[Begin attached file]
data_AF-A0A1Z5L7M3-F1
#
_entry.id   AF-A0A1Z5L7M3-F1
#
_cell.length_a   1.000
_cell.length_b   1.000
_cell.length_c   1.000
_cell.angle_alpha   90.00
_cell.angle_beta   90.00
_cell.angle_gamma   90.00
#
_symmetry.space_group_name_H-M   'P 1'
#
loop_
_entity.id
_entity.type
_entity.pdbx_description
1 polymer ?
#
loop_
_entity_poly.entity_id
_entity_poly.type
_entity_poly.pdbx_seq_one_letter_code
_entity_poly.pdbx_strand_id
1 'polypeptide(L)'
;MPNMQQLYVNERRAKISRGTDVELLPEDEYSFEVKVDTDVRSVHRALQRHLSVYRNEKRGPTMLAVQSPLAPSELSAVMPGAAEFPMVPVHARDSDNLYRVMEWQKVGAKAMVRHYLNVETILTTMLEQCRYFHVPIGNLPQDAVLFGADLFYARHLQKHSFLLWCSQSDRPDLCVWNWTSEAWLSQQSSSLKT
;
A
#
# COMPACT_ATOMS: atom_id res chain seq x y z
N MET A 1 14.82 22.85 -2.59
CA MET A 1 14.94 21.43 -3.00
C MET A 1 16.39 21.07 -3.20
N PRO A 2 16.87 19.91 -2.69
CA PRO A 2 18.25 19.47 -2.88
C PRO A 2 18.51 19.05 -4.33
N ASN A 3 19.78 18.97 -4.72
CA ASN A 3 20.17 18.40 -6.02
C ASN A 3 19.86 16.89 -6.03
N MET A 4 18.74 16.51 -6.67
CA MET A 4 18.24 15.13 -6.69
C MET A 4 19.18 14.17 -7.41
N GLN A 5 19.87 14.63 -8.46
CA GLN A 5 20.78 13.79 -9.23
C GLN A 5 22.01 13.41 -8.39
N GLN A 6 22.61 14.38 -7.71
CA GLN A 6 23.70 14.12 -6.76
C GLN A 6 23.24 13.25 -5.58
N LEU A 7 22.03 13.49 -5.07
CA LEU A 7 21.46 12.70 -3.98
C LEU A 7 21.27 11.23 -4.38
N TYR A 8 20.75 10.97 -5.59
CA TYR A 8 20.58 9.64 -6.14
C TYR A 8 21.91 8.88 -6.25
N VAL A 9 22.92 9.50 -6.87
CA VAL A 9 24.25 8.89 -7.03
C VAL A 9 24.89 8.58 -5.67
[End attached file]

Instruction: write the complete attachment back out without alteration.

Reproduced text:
data_AF-A0A1Z5L7M3-F1
#
_entry.id   AF-A0A1Z5L7M3-F1
#
_cell.length_a   1.000
_cell.length_b   1.000
_cell.length_c   1.000
_cell.angle_alpha   90.00
_cell.angle_beta   90.00
_cell.angle_gamma   90.00
#
_symmetry.space_group_name_H-M   'P 1'
#
loop_
_entity.id
_entity.type
_entity.pdbx_description
1 polymer ?
#
loop_
_entity_poly.entity_id
_entity_poly.type
_entity_poly.pdbx_seq_one_letter_code
_entity_poly.pdbx_strand_id
1 'polypeptide(L)'
;MPNMQQLYVNERRAKISRGTDVELLPEDEYSFEVKVDTDVRSVHRALQRHLSVYRNEKRGPTMLAVQSPLAPSELSAVMPGAAEFPMVPVHARDSDNLYRVMEWQKVGAKAMVRHYLNVETILTTMLEQCRYFHVPIGNLPQDAVLFGADLFYARHLQKHSFLLWCSQSDRPDLCVWNWTSEAWLSQQSSSLKT
;
A
#
# COMPACT_ATOMS: atom_id res chain seq x y z
N MET A 1 14.82 22.85 -2.59
CA MET A 1 14.94 21.43 -3.00
C MET A 1 16.39 21.07 -3.20
N PRO A 2 16.87 19.91 -2.69
CA PRO A 2 18.25 19.47 -2.88
C PRO A 2 18.51 19.05 -4.33
N ASN A 3 19.78 18.97 -4.72
CA ASN A 3 20.17 18.40 -6.02
C ASN A 3 19.86 16.89 -6.03
N MET A 4 18.74 16.51 -6.67
CA MET A 4 18.24 15.13 -6.69
C MET A 4 19.18 14.17 -7.41
N GLN A 5 19.87 14.63 -8.46
CA GLN A 5 20.78 13.79 -9.23
C GLN A 5 22.01 13.41 -8.39
N GLN A 6 22.61 14.38 -7.71
CA GLN A 6 23.70 14.12 -6.76
C GLN A 6 23.24 13.25 -5.58
N LEU A 7 22.03 13.49 -5.07
CA LEU A 7 21.46 12.70 -3.98
C LEU A 7 21.27 11.23 -4.38
N TYR A 8 20.75 10.97 -5.59
CA TYR A 8 20.58 9.64 -6.14
C TYR A 8 21.91 8.88 -6.25
N VAL A 9 22.92 9.50 -6.87
CA VAL A 9 24.25 8.89 -7.03
C VAL A 9 24.89 8.58 -5.67